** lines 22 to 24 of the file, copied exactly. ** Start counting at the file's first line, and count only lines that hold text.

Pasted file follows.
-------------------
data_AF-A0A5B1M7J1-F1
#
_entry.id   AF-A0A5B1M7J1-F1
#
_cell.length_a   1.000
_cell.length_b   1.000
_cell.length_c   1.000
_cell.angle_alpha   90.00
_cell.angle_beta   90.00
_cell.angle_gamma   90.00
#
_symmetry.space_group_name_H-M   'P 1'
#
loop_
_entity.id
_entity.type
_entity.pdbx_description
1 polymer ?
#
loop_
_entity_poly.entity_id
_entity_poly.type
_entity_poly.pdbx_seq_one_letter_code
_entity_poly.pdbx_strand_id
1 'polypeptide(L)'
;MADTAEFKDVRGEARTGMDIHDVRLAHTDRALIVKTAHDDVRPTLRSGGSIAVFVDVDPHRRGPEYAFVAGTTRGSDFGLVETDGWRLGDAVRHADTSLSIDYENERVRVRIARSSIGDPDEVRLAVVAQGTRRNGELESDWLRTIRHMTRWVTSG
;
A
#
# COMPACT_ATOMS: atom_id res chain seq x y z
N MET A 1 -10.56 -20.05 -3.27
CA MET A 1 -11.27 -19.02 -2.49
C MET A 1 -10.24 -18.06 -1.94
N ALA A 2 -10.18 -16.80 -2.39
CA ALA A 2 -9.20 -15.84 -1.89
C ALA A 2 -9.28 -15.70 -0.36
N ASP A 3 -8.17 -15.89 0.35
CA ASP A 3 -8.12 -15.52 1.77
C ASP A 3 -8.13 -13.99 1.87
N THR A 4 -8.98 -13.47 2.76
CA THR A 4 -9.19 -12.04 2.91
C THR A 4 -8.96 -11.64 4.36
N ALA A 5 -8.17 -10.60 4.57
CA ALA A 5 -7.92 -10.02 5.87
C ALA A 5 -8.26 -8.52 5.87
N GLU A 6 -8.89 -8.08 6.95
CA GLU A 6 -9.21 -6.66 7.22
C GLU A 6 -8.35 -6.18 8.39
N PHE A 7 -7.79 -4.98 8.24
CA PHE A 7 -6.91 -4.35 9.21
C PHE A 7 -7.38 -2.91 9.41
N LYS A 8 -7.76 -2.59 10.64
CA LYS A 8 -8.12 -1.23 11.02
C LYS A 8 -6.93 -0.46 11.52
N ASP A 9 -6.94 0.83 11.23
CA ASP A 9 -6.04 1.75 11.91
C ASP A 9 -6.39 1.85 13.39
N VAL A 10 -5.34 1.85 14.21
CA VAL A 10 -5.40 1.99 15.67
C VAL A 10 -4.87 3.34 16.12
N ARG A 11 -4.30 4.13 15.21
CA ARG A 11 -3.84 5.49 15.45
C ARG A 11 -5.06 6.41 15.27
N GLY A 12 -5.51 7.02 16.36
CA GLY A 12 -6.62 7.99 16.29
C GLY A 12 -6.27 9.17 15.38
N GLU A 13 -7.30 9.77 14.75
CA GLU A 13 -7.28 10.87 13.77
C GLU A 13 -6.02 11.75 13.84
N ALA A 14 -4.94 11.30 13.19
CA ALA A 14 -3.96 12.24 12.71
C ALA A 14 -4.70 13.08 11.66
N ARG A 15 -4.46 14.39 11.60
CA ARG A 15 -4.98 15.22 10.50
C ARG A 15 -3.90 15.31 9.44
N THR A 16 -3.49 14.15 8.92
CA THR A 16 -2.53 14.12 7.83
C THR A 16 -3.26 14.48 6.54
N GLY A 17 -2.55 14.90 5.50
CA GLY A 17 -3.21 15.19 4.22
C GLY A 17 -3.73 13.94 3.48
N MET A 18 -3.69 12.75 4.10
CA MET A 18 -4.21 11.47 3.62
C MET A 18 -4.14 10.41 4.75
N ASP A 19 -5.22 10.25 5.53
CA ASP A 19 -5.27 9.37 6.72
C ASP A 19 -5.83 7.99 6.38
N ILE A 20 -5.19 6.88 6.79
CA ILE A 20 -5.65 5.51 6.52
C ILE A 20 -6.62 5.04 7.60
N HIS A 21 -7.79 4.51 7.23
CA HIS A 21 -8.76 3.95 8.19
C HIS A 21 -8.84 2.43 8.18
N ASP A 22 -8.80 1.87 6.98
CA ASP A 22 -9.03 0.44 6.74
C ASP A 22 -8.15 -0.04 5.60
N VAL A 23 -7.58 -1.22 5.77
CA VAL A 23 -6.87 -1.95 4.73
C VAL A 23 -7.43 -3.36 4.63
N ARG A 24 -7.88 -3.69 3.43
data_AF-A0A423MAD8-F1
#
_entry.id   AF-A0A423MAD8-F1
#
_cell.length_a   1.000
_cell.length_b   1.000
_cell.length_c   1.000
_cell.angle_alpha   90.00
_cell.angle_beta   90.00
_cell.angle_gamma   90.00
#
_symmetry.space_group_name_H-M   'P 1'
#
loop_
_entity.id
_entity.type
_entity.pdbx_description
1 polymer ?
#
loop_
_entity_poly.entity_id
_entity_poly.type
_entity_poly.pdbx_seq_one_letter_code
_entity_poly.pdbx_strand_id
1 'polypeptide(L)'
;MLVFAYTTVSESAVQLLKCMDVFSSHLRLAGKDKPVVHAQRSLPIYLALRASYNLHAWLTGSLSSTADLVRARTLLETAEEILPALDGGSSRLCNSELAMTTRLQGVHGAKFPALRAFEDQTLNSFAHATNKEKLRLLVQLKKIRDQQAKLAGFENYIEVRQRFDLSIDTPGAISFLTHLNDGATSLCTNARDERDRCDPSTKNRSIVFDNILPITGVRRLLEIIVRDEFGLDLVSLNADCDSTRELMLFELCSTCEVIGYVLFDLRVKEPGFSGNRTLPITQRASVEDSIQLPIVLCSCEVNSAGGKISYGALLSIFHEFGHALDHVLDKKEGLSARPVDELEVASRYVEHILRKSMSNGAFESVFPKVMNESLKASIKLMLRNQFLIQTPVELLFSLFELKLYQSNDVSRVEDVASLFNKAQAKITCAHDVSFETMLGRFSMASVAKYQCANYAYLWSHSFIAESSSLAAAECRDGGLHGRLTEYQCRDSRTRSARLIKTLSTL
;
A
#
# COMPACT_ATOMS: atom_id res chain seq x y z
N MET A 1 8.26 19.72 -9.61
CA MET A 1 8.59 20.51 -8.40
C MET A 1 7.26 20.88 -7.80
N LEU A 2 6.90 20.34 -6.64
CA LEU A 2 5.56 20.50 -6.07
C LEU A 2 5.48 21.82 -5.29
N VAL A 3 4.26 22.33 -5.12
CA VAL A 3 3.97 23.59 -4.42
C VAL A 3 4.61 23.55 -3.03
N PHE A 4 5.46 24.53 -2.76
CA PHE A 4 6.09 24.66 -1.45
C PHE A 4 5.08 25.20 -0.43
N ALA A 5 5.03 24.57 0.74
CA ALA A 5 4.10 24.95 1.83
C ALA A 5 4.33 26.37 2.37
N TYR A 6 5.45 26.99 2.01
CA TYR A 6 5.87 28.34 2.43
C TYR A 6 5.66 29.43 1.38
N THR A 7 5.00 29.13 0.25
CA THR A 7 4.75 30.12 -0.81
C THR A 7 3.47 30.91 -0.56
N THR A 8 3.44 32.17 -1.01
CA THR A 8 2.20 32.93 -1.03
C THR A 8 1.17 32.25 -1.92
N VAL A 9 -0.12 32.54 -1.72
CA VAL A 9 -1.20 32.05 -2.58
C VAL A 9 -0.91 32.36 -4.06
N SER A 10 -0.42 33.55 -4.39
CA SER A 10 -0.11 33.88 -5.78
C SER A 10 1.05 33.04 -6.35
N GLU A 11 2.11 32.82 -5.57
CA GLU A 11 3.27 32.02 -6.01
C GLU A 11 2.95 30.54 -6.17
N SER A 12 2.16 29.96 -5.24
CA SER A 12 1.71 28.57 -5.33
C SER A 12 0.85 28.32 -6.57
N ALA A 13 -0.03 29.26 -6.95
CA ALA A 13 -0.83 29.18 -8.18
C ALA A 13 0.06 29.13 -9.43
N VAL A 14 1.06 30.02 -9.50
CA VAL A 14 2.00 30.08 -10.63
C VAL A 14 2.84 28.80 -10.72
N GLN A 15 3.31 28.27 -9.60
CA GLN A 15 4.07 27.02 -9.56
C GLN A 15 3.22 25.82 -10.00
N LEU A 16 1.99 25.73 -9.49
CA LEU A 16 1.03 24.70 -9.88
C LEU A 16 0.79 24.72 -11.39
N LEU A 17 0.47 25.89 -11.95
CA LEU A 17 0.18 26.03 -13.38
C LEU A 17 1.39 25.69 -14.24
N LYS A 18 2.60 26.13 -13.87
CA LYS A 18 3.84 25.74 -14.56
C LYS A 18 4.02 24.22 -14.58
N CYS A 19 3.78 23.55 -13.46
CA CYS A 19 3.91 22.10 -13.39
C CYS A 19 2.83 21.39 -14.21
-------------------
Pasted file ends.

_entity_poly.type
_entity_poly.pdbx_seq_one_letter_code
_entity_poly.pdbx_strand_id